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Due to a price war between Russia and Saudi Arabia, the price of oil has hit a 17-year low in the midst of the COVID-19 pandemic.
As a member of the Organization of the Petroleum Exporting Countries (OPEC) and the second largest oil producer in the world, Saudi Arabia’s actions have global ramifications.
The oil price war
In early March, Saudi Arabia initiated an oil price war with Russia that has had global repercussions. As with much of what is happening in the world these days, this price war is rooted in the coronavirus pandemic that began in China.
In January, before the spread of COVID-19 had become a global concern, the virus was already having a devastating effect on China. With many of the country’s citizens on lockdown, China began turning away oil tankers as the country’s need for oil dropped.
This overall drop in demand made Saudi Arabia’s oil less valuable.
Despite this drop in demand, Saudi Arabia, a member of OPEC, decided not to reduce production. The market was flooded with cheap crude oil as a result.
Saudi Arabia’s actions were in response to Russia, which is not part of OPEC, refusing to lower production on its end.
Saudi Arabia’s actions were intended to force Russia to renegotiate on production. Instead, both countries have stuck to their guns, causing oil prices to plunge even further.
As of Wednesday, March 18, oil was selling for around US$22.50 a barrel (42 gallons), down from over US45.00 a barrel two weeks ago, and a year-to-date high of over US$63.00 in January.
Oil saw its steepest drop on March 8, falling 24% in one day. That is the worst drop for oil prices since the first Gulf War in 1991.
Russia and Saudi Arabia are two of the top three oil producing countries in the world, behind only behind the United States. Together, the two countries produce nearly 25% of the world’s oil.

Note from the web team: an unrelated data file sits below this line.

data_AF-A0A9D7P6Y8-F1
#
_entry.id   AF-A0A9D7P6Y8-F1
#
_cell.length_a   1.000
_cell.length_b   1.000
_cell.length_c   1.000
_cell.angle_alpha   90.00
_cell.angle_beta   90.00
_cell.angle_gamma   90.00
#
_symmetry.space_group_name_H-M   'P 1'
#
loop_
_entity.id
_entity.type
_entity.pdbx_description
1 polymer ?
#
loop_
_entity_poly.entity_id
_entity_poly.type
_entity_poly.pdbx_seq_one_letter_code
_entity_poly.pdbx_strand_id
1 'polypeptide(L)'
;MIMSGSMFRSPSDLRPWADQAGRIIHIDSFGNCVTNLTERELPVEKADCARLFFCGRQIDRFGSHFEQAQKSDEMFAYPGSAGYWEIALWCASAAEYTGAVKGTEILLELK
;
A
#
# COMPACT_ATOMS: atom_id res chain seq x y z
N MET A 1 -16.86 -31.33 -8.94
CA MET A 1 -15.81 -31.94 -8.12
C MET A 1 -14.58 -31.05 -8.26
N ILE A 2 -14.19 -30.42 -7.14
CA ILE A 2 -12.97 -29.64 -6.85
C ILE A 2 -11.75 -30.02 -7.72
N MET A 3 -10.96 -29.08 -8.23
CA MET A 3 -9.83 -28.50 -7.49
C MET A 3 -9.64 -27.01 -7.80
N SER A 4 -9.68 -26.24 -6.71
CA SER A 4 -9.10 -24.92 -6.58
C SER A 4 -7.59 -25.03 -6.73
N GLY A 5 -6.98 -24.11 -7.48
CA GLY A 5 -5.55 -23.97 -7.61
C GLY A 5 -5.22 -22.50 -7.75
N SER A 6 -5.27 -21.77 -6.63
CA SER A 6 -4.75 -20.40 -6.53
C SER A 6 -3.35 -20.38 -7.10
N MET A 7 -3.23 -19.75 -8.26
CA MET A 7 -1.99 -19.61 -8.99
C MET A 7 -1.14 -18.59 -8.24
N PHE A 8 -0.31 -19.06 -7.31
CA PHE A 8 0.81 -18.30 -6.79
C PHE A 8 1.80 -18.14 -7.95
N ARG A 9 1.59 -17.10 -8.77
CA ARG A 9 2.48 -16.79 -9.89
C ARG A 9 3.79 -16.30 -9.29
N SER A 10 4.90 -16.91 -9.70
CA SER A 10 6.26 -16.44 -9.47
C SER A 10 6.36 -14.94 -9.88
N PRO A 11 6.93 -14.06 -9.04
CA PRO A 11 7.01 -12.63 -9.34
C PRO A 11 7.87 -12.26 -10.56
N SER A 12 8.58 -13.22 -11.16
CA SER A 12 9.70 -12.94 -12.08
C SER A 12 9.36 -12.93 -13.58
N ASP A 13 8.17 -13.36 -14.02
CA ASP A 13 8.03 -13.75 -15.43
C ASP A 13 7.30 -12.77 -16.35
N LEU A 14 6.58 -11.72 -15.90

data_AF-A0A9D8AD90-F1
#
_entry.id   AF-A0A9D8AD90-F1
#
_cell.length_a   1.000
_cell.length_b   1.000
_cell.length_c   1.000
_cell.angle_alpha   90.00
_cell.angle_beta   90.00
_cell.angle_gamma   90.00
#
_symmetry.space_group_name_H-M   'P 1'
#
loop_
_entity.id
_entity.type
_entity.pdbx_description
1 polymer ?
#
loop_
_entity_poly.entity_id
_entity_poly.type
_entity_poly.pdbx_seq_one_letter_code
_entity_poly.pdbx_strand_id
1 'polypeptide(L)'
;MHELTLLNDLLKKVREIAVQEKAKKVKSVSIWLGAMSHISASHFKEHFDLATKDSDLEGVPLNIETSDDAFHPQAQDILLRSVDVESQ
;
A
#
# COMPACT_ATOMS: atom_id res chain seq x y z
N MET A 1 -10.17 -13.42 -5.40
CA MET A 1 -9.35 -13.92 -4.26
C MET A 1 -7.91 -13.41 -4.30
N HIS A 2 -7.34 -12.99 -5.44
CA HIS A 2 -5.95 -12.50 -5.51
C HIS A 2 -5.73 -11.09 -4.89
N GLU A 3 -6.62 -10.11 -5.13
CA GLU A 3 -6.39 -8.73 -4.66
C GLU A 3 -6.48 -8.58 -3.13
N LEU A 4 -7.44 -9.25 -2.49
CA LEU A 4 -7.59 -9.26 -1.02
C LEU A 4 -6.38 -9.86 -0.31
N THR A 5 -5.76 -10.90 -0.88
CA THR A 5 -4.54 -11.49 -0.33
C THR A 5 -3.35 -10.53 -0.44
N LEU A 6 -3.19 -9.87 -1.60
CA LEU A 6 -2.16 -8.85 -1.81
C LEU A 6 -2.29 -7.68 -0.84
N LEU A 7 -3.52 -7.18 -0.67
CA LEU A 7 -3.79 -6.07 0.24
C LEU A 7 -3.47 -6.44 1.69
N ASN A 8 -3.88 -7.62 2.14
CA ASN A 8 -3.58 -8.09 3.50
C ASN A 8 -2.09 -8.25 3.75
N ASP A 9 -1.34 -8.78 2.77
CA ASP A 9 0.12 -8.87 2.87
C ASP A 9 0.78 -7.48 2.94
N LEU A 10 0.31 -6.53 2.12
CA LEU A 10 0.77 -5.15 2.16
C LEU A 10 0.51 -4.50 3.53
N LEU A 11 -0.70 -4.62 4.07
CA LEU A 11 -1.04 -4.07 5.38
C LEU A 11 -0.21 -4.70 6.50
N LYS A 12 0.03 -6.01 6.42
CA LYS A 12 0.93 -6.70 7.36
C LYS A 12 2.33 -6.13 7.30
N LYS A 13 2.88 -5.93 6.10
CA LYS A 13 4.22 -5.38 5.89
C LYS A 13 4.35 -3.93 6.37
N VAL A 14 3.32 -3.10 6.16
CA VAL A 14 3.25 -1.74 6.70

What is OPEC?
The currently 15-member OPEC was founded in 1960 with five initial countries: Iran, Iraq, Kuwait, Saudi Arabia and Venezuela. Together, the members of OPEC negotiate oil prices in order to ensure that the global oil market remains stable.
Due to its outsized influence on the price and production of oil, decisions made by OPEC can have major ramifications on oil prices worldwide, even for non-members of OPEC.
For instance, in 2014 the organization decided not to reduce oil production from 30 million barrels a day to stop a decline in oil prices. As a result, oil prices dropped even more steeply, even in the United States, despite the US having its own oil production.
The pros and cons of lower oil costs
In the summer of 2016, the world experienced another oil price crash that had a dramatic effect on the global economy.
The price drop occurred in the weeks prior to Labor Day weekend, which resulted in cheaper gas prices for travelers over the weekend. While most people feel that a lower gas bill is a good thing, drops in oil prices have negative effects across industries.
Oil companies around the world laid off hundreds of thousands of workers in 2016. In the US, where oil companies are major employers in many states, those layoffs and lower wages can hurt local economies.
To help stave off a global recession in 2016, the OPEC countries agreed to cut production of oil by 1.2 million barrels a day. Russia also agreed to cut production by 300,000 barrels a day.
Now, at a time when people aren’t traveling because of COVID-19, few people are benefiting from the lower gas prices. However, the oil industry’s losses are only compounding the pain the economy is facing as Wall Street faces weeks of uncertainty and crashes.
Is America energy independent?
US presidents have been urging that America become energy independent for generations. To be energy independent means to not be reliant on oil from other countries, either because the US produces enough for itself, or because it has found other sources of energy.
President Richard Nixon spoke about the need for energy independence in the 1970s. President George W. Bush signed the Energy Independence and Security Act of 2007. In a speech in 2006, then-Senator Barack Obama spoke on how the US’s dependence on oil from other countries was not just a national security threat, but a leading cause of climate change.
During his 2016 campaign for president, Donald Trump outlined an “America First” plan for energy independence, with a specific focus on ending the US’s dependence on OPEC.
Since 2005, the US has relied less and less on imported oil.
However, despite decades of presidential warnings about foreign oil dependence, the country still imported nearly 10 million barrels a day in 2018.
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